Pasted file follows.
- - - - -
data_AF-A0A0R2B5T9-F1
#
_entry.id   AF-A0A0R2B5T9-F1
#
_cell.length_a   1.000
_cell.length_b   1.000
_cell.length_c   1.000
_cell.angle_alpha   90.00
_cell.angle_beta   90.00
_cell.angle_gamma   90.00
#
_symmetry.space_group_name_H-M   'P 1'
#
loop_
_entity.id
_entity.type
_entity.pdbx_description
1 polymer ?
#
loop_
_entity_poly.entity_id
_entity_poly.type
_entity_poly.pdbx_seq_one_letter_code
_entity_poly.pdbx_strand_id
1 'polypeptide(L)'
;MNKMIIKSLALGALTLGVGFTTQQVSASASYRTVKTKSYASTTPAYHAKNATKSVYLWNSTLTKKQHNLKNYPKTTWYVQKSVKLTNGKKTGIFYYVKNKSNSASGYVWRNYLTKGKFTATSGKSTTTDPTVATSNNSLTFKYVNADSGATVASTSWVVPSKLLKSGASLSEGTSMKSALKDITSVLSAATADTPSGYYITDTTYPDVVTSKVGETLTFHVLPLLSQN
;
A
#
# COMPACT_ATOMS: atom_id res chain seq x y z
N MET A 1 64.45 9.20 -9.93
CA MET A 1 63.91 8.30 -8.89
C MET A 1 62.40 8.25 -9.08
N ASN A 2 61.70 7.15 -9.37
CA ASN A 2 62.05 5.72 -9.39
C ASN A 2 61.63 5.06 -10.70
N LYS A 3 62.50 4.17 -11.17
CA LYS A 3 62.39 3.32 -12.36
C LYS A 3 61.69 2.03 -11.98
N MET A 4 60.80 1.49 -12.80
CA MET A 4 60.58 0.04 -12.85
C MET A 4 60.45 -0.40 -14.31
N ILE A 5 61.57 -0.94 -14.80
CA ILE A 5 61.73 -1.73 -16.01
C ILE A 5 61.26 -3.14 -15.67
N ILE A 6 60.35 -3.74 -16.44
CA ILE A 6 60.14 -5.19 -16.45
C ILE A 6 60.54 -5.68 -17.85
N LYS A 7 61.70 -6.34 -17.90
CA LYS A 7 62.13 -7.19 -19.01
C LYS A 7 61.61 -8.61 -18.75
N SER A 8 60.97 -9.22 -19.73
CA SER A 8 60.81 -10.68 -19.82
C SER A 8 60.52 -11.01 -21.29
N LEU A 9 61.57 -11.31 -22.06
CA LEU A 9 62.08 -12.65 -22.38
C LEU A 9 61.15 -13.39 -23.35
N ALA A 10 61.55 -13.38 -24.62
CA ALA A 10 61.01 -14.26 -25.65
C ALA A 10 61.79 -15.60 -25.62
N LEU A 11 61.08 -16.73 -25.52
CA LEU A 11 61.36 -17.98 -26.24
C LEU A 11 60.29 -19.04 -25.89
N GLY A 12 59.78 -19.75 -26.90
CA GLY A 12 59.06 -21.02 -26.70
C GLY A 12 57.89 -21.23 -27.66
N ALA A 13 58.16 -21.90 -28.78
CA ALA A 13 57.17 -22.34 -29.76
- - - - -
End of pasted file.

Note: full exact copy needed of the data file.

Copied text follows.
data_AF-A0A0R2B5T9-F1
#
_entry.id   AF-A0A0R2B5T9-F1
#
_cell.length_a   1.000
_cell.length_b   1.000
_cell.length_c   1.000
_cell.angle_alpha   90.00
_cell.angle_beta   90.00
_cell.angle_gamma   90.00
#
_symmetry.space_group_name_H-M   'P 1'
#
loop_
_entity.id
_entity.type
_entity.pdbx_description
1 polymer ?
#
loop_
_entity_poly.entity_id
_entity_poly.type
_entity_poly.pdbx_seq_one_letter_code
_entity_poly.pdbx_strand_id
1 'polypeptide(L)'
;MNKMIIKSLALGALTLGVGFTTQQVSASASYRTVKTKSYASTTPAYHAKNATKSVYLWNSTLTKKQHNLKNYPKTTWYVQKSVKLTNGKKTGIFYYVKNKSNSASGYVWRNYLTKGKFTATSGKSTTTDPTVATSNNSLTFKYVNADSGATVASTSWVVPSKLLKSGASLSEGTSMKSALKDITSVLSAATADTPSGYYITDTTYPDVVTSKVGETLTFHVLPLLSQN
;
A
#
# COMPACT_ATOMS: atom_id res chain seq x y z
N MET A 1 64.45 9.20 -9.93
CA MET A 1 63.91 8.30 -8.89
C MET A 1 62.40 8.25 -9.08
N ASN A 2 61.70 7.15 -9.37
CA ASN A 2 62.05 5.72 -9.39
C ASN A 2 61.63 5.06 -10.70
N LYS A 3 62.50 4.17 -11.17
CA LYS A 3 62.39 3.32 -12.36
C LYS A 3 61.69 2.03 -11.98
N MET A 4 60.80 1.49 -12.80
CA MET A 4 60.58 0.04 -12.85
C MET A 4 60.45 -0.40 -14.31
N ILE A 5 61.57 -0.94 -14.80
CA ILE A 5 61.73 -1.73 -16.01
C ILE A 5 61.26 -3.14 -15.67
N ILE A 6 60.35 -3.74 -16.44
CA ILE A 6 60.14 -5.19 -16.45
C ILE A 6 60.54 -5.68 -17.85
N LYS A 7 61.70 -6.34 -17.90
CA LYS A 7 62.13 -7.19 -19.01
C LYS A 7 61.61 -8.61 -18.75
N SER A 8 60.97 -9.22 -19.73
CA SER A 8 60.81 -10.68 -19.82
C SER A 8 60.52 -11.01 -21.29
N LEU A 9 61.57 -11.31 -22.06
CA LEU A 9 62.08 -12.65 -22.38
C LEU A 9 61.15 -13.39 -23.35
N ALA A 10 61.55 -13.38 -24.62
CA ALA A 10 61.01 -14.26 -25.65
C ALA A 10 61.79 -15.60 -25.62
N LEU A 11 61.08 -16.73 -25.52
CA LEU A 11 61.36 -17.98 -26.24
C LEU A 11 60.29 -19.04 -25.89
N GLY A 12 59.78 -19.75 -26.90
CA GLY A 12 59.06 -21.02 -26.70
C GLY A 12 57.89 -21.23 -27.66
N ALA A 13 58.16 -21.90 -28.78
CA ALA A 13 57.17 -22.34 -29.76